Spring Creek to stay closed during internal audit

IT WILL take longer for Solid Energy to restart operations at its Spring Creek mine in New Zealand after receiving a prohibition notice by the NZ Department of Labour, because the company will need to review its underground systems to ensure that they meet internal standards.

Lou Caruana
Spring Creek to stay closed during internal audit

While Solid Energy is confident that it can take all the steps necessary to have the notice lifted by the Department of Labour, its chief operating officer Barry Bragg admitted the company has to carry out further investigations over the three incidents that prompted the notice.

The company has a clear understanding of the steps it needs to take to satisfy the Department’s requirements and have the notice lifted, he said.

“For us, that’s a start but it’s only the first step,” he said.

“We have our own expectations and standards that need to be satisfied. I said yesterday we are very disappointed and believe these incidents should not have happened.

“For our senior management and board to be satisfied that work can re-start, we will need to complete our investigations into each incident and have made any changes which result from those inquiries.

“That could take quite a bit longer.”

On the morning of 20 February the Department’s Mines Inspectorate issued Spring Creek with a prohibition notice following the three safety incidents.

The effect of the notice is that all underground operations have ceased, except for regular inspections by staff and any actions required to ensure the ongoing safety of the underground environment.

Bragg said the incidents occurred due to breakdowns in systems at the mine although “in each case there were multiple safety controls in place which proved effective”

Firstly, there was a failure of notification to staff and management when one of the two main ventilation fans at the mine went down.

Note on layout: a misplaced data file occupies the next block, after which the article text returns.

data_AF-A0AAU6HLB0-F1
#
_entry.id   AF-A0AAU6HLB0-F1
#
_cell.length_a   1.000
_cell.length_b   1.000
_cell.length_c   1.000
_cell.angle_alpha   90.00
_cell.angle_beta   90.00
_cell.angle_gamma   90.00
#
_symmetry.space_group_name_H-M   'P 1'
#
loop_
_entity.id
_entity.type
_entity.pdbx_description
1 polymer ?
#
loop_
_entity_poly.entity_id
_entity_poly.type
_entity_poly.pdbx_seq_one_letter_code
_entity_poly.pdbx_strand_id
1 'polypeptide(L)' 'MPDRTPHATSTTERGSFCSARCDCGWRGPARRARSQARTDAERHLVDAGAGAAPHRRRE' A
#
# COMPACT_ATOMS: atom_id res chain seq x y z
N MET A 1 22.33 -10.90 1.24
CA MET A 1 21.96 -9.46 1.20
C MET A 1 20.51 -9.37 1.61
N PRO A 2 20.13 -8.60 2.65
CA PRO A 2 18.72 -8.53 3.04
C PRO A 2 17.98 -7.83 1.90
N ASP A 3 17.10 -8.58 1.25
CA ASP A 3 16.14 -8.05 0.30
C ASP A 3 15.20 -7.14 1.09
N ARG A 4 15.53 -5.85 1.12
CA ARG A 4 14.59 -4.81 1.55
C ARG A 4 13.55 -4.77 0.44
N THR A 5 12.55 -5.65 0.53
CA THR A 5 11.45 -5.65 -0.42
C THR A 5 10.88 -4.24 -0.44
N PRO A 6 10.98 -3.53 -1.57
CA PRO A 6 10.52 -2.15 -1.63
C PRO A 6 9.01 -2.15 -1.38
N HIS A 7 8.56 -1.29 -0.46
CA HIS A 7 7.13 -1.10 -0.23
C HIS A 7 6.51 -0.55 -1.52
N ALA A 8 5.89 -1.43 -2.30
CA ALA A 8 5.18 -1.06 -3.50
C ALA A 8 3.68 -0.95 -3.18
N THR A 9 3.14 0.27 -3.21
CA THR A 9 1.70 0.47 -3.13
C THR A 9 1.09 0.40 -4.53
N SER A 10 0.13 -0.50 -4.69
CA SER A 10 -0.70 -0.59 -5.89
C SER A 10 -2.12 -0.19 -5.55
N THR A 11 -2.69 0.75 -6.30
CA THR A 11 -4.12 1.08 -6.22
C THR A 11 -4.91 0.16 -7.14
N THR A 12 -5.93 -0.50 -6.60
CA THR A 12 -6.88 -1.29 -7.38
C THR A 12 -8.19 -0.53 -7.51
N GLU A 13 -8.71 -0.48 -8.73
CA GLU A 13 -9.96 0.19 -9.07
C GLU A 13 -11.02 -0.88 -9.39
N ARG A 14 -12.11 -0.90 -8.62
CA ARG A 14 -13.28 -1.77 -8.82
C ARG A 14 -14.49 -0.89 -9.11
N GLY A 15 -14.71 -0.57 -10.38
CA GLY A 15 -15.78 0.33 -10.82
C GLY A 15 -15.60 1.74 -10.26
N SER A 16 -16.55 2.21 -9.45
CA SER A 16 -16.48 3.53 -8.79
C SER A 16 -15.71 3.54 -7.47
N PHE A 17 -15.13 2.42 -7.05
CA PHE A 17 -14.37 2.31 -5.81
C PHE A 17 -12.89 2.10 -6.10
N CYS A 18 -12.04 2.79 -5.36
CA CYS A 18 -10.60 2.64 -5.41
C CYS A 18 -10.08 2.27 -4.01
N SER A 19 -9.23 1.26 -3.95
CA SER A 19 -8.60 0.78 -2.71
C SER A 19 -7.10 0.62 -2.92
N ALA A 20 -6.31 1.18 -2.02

The second incident came about when power was not cut to a piece of equipment when a development fan stopped working, and the third incident involved overheating of a surface compressor.

Solid Energy management yesterday discussed the notice with inspectorate officials.

The stoppage is not expected to have any material impact on the company’s 2012 full year result.

This is because the mine is currently in development, preparing the next block of coal resources for extraction, and this phase is expected to continue for the remainder of the 2011-12 year.

Spring Creek employs about 230 mineworkers, tradespeople and professional specialists, with about 40 people working underground at any given time.

Spring Creek is moving towards a strong development focus, with the construction of roadways and underground infrastructure providing access to 3 million tonnes of coal in the Rapahoe sector to the north.

Spring Creek, which produced 89,000t of coal in the December 2011 quarter, up 19% year-on-year, was now 100% owned by Solid Energy after shipping and marketing group Cargill exited its joint venture partnership with Spring Creek Mining, Bragg said.

Cargill entered the joint partnership with Solid Energy in March 2007 with a 47% stake in the mine and supported a development program that provided four years of production.


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